SOUTH BEND, Ind. — Officials of a northern Indiana city are trying out iPads to help them collect leaves before they’re buried by winter’s ice and snow.
Crews from South Bend’s street department recently began collecting leaves through the “ReLEAF” program, the South Bend Tribune reported . Crews have so far collected leaves from more than 1,700 homes over a four-day period.
The department has mounted iPads on the back of 17 trucks that are equipped with leaf vacuums. Workers will be able to communicate with crews through the iPad when they scout ahead and identify locations where residents have raked leaves for pickup.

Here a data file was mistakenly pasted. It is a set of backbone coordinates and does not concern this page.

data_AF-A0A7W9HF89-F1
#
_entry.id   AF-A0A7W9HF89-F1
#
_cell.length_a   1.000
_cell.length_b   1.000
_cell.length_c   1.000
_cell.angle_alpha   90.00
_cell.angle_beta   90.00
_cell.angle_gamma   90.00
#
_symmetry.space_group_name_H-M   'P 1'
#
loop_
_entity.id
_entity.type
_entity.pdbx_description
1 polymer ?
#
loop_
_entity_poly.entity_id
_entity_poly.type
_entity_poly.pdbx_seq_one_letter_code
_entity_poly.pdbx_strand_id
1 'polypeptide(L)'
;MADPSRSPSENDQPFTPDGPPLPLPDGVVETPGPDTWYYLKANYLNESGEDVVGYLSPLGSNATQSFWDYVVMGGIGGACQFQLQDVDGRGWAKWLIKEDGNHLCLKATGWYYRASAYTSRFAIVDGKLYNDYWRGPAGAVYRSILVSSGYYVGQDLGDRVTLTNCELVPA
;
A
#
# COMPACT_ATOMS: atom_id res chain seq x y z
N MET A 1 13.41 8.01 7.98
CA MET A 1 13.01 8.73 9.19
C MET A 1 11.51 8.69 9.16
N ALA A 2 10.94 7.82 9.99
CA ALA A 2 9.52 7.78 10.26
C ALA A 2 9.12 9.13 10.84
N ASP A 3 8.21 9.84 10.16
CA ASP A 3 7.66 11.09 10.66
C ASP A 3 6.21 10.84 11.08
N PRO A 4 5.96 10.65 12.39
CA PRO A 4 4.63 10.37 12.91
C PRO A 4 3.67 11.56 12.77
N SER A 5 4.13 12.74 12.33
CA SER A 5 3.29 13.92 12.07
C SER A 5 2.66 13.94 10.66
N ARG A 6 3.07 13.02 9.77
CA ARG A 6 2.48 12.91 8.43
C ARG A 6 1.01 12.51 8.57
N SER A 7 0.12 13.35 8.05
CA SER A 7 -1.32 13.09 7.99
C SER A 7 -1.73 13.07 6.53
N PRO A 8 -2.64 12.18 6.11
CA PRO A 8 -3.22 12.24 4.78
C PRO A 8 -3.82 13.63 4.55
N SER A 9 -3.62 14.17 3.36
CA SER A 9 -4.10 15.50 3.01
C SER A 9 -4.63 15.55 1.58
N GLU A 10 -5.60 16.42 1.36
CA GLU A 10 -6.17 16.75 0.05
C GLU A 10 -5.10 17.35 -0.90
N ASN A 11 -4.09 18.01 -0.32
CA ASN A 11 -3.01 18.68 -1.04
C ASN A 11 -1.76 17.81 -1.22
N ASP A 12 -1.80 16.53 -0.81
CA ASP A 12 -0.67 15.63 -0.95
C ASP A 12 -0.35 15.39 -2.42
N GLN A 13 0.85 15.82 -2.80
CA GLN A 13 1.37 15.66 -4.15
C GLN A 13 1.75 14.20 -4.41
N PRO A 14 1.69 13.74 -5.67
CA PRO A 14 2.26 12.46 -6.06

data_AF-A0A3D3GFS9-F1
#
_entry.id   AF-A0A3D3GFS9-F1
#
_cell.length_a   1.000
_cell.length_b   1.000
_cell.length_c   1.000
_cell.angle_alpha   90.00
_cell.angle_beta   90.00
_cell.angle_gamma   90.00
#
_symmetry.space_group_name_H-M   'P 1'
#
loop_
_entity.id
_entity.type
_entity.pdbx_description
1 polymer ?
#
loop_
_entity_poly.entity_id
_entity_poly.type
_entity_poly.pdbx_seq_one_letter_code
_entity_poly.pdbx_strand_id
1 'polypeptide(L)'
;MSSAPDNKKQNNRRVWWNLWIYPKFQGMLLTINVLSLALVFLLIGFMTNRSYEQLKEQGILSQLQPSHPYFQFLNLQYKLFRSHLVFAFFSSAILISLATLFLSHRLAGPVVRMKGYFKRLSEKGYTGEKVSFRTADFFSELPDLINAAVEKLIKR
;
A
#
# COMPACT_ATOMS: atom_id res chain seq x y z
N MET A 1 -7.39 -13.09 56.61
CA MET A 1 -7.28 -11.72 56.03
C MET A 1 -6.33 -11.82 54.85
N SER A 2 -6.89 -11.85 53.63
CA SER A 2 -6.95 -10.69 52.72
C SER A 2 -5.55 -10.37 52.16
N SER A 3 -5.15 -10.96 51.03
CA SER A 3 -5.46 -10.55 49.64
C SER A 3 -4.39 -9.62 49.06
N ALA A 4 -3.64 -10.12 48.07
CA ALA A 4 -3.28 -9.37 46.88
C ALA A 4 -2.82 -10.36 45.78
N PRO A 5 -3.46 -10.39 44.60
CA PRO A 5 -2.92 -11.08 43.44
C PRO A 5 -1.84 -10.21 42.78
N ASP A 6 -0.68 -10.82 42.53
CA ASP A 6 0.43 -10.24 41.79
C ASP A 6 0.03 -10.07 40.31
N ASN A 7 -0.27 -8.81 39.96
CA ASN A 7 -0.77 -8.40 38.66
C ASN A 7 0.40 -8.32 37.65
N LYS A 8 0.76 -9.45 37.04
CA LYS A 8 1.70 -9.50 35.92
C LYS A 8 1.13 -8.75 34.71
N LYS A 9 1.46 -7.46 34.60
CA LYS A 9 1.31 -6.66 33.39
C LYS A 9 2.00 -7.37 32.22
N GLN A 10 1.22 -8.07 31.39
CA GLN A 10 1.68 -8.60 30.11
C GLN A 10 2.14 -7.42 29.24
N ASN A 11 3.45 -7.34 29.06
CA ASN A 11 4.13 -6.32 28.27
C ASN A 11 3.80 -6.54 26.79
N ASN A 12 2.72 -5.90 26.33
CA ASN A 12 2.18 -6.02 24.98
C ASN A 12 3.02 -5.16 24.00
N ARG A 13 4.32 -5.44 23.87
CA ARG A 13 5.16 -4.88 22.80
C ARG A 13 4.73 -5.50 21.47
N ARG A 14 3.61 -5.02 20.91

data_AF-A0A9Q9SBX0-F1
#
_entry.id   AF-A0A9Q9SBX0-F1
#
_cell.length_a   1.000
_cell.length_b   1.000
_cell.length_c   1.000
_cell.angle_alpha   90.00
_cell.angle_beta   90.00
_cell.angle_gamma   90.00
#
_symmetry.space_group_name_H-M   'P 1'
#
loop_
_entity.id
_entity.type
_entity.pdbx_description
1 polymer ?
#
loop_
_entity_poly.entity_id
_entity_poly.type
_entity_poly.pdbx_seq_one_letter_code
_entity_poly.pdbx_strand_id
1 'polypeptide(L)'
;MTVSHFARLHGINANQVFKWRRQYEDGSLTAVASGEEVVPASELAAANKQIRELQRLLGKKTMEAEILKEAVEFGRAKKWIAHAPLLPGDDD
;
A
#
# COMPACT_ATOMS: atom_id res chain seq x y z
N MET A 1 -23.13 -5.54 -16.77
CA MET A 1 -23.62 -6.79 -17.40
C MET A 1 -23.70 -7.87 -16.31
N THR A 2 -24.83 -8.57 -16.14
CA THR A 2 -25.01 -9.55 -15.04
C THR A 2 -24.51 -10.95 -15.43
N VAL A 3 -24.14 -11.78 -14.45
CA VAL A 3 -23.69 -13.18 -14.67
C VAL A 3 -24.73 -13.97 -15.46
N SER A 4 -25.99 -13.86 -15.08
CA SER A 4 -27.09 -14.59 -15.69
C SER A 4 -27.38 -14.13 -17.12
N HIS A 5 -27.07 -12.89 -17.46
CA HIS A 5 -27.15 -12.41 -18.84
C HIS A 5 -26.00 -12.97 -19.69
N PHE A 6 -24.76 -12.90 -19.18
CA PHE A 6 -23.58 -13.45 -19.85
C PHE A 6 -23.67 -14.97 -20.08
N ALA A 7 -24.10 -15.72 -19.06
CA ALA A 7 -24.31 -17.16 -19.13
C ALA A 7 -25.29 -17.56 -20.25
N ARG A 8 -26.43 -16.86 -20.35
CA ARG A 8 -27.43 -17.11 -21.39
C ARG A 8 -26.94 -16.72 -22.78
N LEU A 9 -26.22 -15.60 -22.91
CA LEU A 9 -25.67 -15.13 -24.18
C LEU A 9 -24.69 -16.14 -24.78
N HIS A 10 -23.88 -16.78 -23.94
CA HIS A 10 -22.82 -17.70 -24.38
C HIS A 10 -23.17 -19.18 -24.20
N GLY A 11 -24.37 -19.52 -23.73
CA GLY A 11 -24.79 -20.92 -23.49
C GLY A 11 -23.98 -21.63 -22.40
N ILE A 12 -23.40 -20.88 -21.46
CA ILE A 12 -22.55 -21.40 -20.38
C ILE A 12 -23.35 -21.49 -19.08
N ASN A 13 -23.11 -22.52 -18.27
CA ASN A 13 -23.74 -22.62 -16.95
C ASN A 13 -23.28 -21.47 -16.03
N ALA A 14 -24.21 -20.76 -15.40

Scouts use the city’s geographic information system while scouting areas and previously used radios or cellphones to relay new locations.
Crews can record if the leaves were picked up on the iPad or list reasons for not picking up leaf piles, such as obstacles in the way or other items mixed into the pile.
Foremen will photograph uncollected leaf piles, record the reason they weren’t collected and give the information to the city’s 311 operators. Operators will then be able to tell residents why their leaves weren’t picked up.
The data will show which areas get more leaves and help the department adjust their schedules and routes to be more efficient, said Coby Deal, a street department foreman.
“It’s been a learning curve for all of us with the technology base of it but we’re able to track what’s going on on a daily basis,” he said.
Crews will make a second trip to an area about three weeks after their initial visit.